Apple announced at its Worldwide Developers Conference (WWDC) last week that apps on Apple devices will have to get explicit user consent in order to us its Identifier For Advertisers (IDFA), a device ID used for tracking and attribution.
Some believe this marks a step towards the elimination of mobile advertising IDs (MAIDs), as device manufacturers prioritise user privacy. But how will the mobile advertising ecosystem adapt if MAIDs go the same way as the third-party cookie on browsers?
This is one of those challenges where — for both consumers and advertisers — things are bound to get worse before they get better. Apple’s messaging around privacy may on the surface resonate with consumers, but in reality suspending MAIDs will mean that with less data sharing their ad and content experiences will suffer (especially in open web environments). In turn this development will favour walled gardens because they’ll be able to continue to provide a cohesive experience. On the advertiser side, killing MAIDs kills attribution. Large advertisers may be able to command ways around it (through some privacy-palatable version of data clean rooms, perhaps) but this doesn’t bode well for folks who don’t have budgets in the eight figure range.
For identity vendors there’s another interesting hint in the announcement and that’s the ‘Sign in with Apple’ bit — by making IDFA’s opt-in is Apple effectively entering the market as an identity player? Will advertisers now have to pay a hefty vig (‘platform fee’) to rent user identity from OS providers?
As with any major changes in mobile, the real winner in Western markets is somehow always Facebook.
Each year, WWDC has taught us to ‘Expect the Unexpected’ and 2020’s event didn’t fail to deliver on the hype leading up to Apple’s annual developer conference on June 21st. Industry speculation was rampant and what Apple announced will prompt material change to attribution, developer growth efforts, and how in-app monetisation operates holistically.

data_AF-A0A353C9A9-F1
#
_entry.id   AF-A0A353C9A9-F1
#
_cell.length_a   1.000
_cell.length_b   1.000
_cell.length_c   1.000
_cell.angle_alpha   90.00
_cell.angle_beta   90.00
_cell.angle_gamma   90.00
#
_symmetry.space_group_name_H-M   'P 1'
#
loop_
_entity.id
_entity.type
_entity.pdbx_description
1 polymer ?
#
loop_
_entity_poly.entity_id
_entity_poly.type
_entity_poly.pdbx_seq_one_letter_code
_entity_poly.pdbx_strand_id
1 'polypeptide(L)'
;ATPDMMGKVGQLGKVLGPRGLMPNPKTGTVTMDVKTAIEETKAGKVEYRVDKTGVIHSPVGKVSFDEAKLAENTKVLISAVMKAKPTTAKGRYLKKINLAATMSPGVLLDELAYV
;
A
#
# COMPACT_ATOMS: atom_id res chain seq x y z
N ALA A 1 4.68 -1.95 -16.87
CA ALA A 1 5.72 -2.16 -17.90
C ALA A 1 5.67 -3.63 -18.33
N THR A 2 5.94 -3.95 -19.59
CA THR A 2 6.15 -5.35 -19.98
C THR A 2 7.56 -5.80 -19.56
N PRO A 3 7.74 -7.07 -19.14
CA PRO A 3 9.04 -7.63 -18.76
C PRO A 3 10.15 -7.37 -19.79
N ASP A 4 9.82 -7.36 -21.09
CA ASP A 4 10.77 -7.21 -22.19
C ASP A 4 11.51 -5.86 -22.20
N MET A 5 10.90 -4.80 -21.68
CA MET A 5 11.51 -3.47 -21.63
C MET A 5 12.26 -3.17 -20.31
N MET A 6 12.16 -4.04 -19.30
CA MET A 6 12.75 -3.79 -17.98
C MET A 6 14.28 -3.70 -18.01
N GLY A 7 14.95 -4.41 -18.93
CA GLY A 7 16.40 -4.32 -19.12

The opt-in consent mechanism presented by Apple will serve as a change agent for developers, marketers and consumers alike. Or as the tech giant once preached “Think Different”. It will be a catalyst for developers to introduce more subscription based models for premium services and undoubtedly prompt more email authentication for ad supported apps.
Currently, it is premature to forecast what the impact will be on IDFA scarcity to trade at scale. But we will see third party monetisation platforms continue to leverage their programmatic infrastructure.
As a hedge, look for platforms to position their supply partners around contextual relevance, using advanced cataloging and meta data to provide marketers with a network effect.
The dust is still settling on the overall business impact for many in the industry, but what is clear is that Apple has turned the page on how it will govern it’s OS, changing course from rock n’ roll to more of a corporate suit.
Oh, and by the way: Android users just became far more valuable in the eyes of the programmatic community.
On the surface, the announcement from Apple this week looks like a move to protect users’ data, but it is actually very different from the changes it made with the browser. Although critics point out that was an easier call, given that Apple doesn’t make money from the browser whereas it takes thirty per cent of app revenues on the App Store, a large percentage of which comes from advertising.
It also looks as though some personal data processing will be allowed for specific purposes such as first party targeting and fraud detection. On Safari, ITP prevents ALL forms of tracking, irrespective of its scope or purpose.